Microsoft gets more pro-active against SQL injection attacks
Turning up the volume on its vigilance against perhaps the easiest exploit in the world, Microsoft yesterday unveiled a new beta of an overdue security tool for IIS 7, bolstered by two new SQL injection vulnerability seeker tools.
Last April, the vulnerability spotlight was turned once again on Microsoft, as it found itself answering charges that it had enabled a "wave" of SQL injection attacks on Web servers running Internet Information Services, typically in conjunction with Microsoft SQL Server. It turned out not to be a wave after all, but Microsoft turned up the heat anyway, unveiling yesterday a new set of tools for combating SQL injection problems, including the latest beta of its ISAPI query filtering tool.
UrlScan 1.0 was first released in September 2001 as Microsoft's first line of defense against potentially maliciously crafted SQL queries that, when run unchecked, can wreak havoc on a Web server's database infrastructure. Version 2.5 was unveiled last year, but it was primarily tailored for IIS 6.0.
But it's IIS 7.0 that began rolling out late last year, and is now an integral part of Windows Server 2008. That version has a radically modified communications infrastructure, now based on Windows Communication Foundation. The key system driver, http.sys, can handle Web requests very differently, so it's high time that Microsoft introduce an updated UrlScan tailored for IIS 7.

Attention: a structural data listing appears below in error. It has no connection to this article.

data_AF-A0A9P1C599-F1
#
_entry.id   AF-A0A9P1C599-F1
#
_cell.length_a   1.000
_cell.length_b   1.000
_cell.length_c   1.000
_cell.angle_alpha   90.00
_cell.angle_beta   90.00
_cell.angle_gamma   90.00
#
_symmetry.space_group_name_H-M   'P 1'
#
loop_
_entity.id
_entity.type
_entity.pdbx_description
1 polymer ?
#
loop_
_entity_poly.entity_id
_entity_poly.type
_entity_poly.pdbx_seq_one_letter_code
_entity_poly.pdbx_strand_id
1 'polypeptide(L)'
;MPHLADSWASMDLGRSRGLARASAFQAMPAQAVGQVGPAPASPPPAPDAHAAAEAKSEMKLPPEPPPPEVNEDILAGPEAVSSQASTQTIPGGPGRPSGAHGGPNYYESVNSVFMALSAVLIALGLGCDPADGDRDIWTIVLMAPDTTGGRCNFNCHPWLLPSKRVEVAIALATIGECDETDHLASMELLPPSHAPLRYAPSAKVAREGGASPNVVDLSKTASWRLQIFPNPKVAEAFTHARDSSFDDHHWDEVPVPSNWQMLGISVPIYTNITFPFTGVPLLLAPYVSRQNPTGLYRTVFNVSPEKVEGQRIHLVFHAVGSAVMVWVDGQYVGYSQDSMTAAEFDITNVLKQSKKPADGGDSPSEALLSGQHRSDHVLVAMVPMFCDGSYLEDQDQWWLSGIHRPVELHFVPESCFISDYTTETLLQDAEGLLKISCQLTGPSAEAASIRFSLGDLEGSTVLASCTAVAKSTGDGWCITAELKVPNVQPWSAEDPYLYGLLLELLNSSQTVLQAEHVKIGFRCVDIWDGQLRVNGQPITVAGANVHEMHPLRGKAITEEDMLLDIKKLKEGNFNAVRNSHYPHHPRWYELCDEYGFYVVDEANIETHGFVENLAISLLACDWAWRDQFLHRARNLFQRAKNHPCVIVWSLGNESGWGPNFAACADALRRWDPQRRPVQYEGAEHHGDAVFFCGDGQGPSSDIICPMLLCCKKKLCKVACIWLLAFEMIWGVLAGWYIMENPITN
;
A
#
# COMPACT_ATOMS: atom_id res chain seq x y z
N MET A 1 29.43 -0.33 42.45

As Microsoft has continually warned from the beginning and which its developers repeated yesterday, UrlScan is not a catch-all for every possible SQL injection attack. Rather, it presents the administrator with a rich set of controls for setting the boundaries of certain features that can be invoked through a SQL query. One exploit that UrlScan has historically been effective with involves the pairing of malicious SQL queries with HTTP requests that involve the use of WebDAV, an authoring and versioning protocol originally designed as an extension to HTTP for enabling collaborative documents. It's still a useful protocol unless your Web site doesn't actually use it, in which case, UrlScan can help you filter WebDAV out. If you do use WebDAV, there are ways UrlScan can help detect typical signs of WebDAV exploits, while letting legitimate requests pass.
This Microsoft white paper on UrlScan 2.5 (still the current release version) goes into explicit detail on many of these settings, including WebDAV controls. However, it makes the point that more direct control of WebDAV functionality was added to IIS 6.
Installing UrlScan is not an instantaneous affair, and should not be done like some consumer anti-virus program. There are steps which should be undertaken in advance to prepare IIS 7 for the change, which are outlined in this documentation released yesterday.
In addition, Microsoft also released a community technology preview of a new source code analyzer that can detect elements of ASP.NET source code that may be vulnerable to SQL injection attacks. And Microsoft also announced it had teamed up with HP to develop and deliver a Web site crawling tool that examines Web pages for potential holes.
"Scrawlr will crawl a website while simultaneously analyzing the parameters of each individual Web page for SQL Injection vulnerabilities," reads a blog post from HP's security laboratory yesterday. "Scrawlr is lightning fast and uses our intelligent engine technology to dynamically craft SQL Injection attacks on the fly. It can even provide proof positive results by displaying the type of backend database in use and a list of available table names."